ONR (ON-Rule)

Sometimes an issue faced by a company or organization requires a quick solution, and sometimes rapid developments need to be documented.

On the European and international level, Workshop Agreements (CEN, ISO) and Publicly Available Specifications (ISO) are used in such cases.

The Austrian equivalent offered by Austrian Standards International is an ONR (i.e. ON-Regel or ON Rule in English): This is a quickly available normative document whose development process does not have to meet all the requirements applicable to a “classic” standard.

ONRs can pave the way to initiating standardization later on.

When is an ONR the best solution?

An ONR is the best solution when:

  • its application is to yield experiences as an input for a potential standardization project in the future,
  • it is to document the current state of novel or rapid developments.

ONRs are an intermediate solution between ÖNORM standards and specifications drawn up by one or a few companies or institutions.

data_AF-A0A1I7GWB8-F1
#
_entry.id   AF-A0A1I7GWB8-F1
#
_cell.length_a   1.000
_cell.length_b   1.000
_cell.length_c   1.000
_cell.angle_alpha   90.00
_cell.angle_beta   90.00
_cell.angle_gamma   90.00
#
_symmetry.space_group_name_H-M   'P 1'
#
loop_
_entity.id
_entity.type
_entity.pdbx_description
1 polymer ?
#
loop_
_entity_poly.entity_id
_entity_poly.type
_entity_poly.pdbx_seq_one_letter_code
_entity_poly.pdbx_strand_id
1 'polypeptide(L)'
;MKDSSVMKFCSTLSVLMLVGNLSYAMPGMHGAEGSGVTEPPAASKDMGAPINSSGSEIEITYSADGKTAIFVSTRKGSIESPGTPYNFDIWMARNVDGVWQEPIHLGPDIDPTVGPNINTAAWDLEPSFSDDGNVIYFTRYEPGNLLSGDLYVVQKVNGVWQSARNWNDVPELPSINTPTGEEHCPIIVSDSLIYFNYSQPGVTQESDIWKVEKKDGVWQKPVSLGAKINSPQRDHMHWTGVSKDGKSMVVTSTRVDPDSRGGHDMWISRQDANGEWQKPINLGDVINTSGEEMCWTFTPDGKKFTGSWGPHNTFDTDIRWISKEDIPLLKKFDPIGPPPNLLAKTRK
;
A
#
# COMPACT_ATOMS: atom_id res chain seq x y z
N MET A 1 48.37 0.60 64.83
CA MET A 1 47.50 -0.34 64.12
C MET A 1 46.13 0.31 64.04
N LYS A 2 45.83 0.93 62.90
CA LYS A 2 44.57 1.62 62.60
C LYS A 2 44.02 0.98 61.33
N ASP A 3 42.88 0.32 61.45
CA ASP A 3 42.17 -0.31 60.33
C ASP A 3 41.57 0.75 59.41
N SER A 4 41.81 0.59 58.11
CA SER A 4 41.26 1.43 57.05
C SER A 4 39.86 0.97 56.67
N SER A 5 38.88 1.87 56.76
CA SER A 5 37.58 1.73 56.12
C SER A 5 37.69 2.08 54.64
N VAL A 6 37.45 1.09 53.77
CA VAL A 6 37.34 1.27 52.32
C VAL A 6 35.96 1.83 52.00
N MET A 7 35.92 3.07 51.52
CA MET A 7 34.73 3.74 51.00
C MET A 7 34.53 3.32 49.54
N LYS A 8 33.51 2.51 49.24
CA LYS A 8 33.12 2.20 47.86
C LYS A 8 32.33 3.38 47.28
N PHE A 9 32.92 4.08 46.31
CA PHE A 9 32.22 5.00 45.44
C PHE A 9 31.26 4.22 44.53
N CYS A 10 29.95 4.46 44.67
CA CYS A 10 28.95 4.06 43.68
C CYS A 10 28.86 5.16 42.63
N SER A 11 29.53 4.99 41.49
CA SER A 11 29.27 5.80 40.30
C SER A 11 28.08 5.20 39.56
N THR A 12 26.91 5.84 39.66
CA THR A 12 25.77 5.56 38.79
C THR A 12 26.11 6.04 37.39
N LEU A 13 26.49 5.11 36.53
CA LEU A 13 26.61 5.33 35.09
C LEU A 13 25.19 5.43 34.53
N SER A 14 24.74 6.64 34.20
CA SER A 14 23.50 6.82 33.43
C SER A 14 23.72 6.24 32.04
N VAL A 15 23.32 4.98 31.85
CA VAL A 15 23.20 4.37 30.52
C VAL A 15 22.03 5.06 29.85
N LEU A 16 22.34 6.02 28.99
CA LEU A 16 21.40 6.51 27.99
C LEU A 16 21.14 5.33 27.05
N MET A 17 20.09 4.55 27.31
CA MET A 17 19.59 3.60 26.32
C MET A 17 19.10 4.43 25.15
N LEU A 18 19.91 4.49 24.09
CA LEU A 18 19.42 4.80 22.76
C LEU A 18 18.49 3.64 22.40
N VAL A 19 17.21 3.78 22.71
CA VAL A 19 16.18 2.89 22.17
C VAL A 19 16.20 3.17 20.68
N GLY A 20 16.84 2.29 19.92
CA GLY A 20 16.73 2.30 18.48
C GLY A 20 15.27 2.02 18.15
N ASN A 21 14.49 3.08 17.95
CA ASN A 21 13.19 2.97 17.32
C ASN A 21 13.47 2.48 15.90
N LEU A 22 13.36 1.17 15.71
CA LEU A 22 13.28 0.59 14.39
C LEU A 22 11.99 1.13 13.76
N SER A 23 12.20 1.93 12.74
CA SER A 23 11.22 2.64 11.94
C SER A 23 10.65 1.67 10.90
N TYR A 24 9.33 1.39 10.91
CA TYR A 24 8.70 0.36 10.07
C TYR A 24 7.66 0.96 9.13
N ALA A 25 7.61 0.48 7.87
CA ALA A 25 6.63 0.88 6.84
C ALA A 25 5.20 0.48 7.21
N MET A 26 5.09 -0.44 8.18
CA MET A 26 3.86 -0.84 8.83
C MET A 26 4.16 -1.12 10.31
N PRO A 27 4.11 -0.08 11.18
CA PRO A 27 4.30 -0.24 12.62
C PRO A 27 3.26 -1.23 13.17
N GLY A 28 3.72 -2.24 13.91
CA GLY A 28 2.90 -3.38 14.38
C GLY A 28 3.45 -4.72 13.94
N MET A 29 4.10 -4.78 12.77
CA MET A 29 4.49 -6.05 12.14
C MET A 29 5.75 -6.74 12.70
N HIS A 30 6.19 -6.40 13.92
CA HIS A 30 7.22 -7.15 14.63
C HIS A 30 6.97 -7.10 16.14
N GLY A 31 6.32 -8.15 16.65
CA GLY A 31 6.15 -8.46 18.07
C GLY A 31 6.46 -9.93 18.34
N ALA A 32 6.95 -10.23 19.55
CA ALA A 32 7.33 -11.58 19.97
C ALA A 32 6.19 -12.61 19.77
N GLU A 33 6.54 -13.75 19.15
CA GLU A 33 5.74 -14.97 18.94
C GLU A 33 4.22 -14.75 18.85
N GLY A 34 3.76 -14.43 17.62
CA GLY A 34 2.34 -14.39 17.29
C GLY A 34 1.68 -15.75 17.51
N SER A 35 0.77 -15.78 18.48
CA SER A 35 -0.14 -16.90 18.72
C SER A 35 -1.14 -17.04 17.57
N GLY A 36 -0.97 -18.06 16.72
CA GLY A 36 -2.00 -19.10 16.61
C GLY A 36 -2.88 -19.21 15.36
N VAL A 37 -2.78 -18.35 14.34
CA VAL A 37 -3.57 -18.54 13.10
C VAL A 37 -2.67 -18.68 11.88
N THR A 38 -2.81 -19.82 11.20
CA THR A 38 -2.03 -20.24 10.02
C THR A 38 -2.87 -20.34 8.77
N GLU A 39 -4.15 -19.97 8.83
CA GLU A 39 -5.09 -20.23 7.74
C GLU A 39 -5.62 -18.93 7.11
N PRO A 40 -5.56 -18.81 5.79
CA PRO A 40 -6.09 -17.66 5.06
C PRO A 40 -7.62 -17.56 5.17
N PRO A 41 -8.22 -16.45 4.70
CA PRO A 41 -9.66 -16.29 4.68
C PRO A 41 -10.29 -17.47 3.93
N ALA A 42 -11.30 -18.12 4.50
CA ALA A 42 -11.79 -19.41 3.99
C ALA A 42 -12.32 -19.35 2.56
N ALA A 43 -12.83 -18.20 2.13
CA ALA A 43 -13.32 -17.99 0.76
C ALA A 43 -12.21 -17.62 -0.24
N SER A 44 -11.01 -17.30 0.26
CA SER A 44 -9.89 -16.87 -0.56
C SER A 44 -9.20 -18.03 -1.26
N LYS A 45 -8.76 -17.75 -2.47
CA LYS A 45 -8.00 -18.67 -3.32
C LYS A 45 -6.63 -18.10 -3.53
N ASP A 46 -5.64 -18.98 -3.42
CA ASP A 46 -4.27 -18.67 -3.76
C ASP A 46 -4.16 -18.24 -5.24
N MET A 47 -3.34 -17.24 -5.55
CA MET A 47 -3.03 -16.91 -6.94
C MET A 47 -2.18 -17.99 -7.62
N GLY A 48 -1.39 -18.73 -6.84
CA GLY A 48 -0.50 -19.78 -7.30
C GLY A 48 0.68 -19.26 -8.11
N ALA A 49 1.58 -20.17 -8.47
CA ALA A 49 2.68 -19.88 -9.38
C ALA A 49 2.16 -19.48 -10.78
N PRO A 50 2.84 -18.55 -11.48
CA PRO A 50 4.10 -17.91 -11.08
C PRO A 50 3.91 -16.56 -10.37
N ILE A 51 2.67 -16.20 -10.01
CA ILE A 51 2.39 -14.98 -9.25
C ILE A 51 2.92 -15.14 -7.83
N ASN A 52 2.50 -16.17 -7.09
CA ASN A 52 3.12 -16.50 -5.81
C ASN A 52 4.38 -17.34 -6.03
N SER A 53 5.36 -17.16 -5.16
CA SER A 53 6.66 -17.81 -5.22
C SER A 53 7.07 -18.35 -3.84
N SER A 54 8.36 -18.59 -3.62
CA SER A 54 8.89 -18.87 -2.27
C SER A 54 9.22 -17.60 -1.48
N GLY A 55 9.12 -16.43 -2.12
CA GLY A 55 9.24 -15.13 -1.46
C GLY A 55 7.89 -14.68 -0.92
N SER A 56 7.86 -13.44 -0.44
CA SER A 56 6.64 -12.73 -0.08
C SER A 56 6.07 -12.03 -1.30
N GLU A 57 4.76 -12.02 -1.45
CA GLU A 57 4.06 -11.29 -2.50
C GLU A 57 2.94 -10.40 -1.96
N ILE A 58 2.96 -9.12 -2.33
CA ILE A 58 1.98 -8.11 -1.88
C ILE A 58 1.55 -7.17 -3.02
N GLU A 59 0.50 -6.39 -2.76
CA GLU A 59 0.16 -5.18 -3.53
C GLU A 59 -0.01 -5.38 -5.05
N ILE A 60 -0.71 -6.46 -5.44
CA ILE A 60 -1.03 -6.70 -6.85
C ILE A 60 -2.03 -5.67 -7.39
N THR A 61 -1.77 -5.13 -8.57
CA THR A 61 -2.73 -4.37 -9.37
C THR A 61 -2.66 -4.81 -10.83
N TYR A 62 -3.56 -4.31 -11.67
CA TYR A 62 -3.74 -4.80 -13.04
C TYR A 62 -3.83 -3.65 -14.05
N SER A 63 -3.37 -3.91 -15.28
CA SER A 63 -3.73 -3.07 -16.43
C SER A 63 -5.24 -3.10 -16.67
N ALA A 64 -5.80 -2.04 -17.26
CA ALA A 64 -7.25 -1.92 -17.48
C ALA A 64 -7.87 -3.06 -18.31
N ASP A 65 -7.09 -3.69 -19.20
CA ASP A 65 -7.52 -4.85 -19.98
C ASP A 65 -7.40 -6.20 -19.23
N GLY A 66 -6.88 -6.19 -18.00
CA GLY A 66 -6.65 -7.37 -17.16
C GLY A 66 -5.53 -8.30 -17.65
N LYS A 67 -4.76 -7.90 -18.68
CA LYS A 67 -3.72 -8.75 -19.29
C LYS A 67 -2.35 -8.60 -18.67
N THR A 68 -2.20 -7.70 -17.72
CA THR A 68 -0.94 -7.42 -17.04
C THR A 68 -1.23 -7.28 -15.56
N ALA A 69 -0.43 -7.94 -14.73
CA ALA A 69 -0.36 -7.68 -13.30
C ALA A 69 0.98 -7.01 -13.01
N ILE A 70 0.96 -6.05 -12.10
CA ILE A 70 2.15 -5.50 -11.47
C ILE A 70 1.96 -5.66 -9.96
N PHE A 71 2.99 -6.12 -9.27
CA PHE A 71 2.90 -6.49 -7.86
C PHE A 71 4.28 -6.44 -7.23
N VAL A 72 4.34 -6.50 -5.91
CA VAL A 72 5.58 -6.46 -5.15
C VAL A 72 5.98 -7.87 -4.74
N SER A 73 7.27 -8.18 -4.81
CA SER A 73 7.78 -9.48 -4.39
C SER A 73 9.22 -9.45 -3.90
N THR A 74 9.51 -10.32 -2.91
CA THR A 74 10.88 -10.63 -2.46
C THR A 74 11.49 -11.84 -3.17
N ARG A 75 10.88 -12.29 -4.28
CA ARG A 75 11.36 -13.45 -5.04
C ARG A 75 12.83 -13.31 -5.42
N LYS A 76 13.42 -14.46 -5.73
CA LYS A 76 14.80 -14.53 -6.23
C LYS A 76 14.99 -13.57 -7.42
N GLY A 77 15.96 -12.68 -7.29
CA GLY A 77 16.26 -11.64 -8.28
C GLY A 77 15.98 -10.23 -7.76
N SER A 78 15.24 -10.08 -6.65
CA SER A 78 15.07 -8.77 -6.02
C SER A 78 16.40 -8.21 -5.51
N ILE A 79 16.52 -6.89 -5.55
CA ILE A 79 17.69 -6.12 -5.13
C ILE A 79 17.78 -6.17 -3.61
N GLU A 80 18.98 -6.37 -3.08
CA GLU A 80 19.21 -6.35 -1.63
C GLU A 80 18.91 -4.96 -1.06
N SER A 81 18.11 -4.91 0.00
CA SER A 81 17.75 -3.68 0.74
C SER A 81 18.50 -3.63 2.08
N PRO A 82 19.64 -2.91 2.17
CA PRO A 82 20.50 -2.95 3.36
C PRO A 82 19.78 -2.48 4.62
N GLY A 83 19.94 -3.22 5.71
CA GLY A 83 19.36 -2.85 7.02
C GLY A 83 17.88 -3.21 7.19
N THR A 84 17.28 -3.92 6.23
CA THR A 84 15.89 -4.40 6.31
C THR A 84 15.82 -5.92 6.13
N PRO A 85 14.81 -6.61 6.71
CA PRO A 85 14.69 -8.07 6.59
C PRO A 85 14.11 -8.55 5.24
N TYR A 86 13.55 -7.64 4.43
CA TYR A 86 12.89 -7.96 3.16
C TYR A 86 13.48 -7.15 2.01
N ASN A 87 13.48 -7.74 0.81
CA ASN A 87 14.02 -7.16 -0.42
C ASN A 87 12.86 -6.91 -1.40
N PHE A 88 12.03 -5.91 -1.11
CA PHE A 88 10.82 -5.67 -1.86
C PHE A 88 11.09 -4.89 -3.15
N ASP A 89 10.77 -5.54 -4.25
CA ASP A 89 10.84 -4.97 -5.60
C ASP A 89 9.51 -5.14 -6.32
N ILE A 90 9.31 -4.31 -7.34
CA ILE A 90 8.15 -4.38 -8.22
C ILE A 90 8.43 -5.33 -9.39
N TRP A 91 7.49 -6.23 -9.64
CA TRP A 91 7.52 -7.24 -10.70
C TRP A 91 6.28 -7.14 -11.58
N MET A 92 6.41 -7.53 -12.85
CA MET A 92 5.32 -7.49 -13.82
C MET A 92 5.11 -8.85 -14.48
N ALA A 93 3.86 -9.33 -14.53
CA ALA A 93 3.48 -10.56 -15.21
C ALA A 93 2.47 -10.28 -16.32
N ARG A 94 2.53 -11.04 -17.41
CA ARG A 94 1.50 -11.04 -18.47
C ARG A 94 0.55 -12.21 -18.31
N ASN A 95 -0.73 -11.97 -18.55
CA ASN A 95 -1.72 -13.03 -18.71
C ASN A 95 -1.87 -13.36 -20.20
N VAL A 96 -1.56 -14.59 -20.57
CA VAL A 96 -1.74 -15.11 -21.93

How is an ONR developed?

There are two options for developing ONRs:

  1. Austrian Standards International receives a detailed proposal for review.
  2. Enterprises, organizations or interest groups entrust Austrian Standards International with the management of a project for developing an ONR.

Project management covers the organization of meetings and technical support, including a review of the topic with regard to relevant Austrian, European and international standards as well as legal regulations. An online form is available for submitting project proposals.

What has to be observed when developing an ONR?

  • The participants have to be representatives of at least two market operators. The involvement of more market operators is desirable.

  • An ONR must not contradict other ONRs or existing ÖNORM standards.

  • Decisions are made by simple majority. If unanimity cannot be achieved, the result has to be explained in a minority report in the ONR.

  • An ONR has to be submitted to public consultation as a draft if it deals with aspects of:

    • management systems,

    • conformity assessments,

    • health, and

    • safety and security.

In all other cases, public consultation is not mandatory.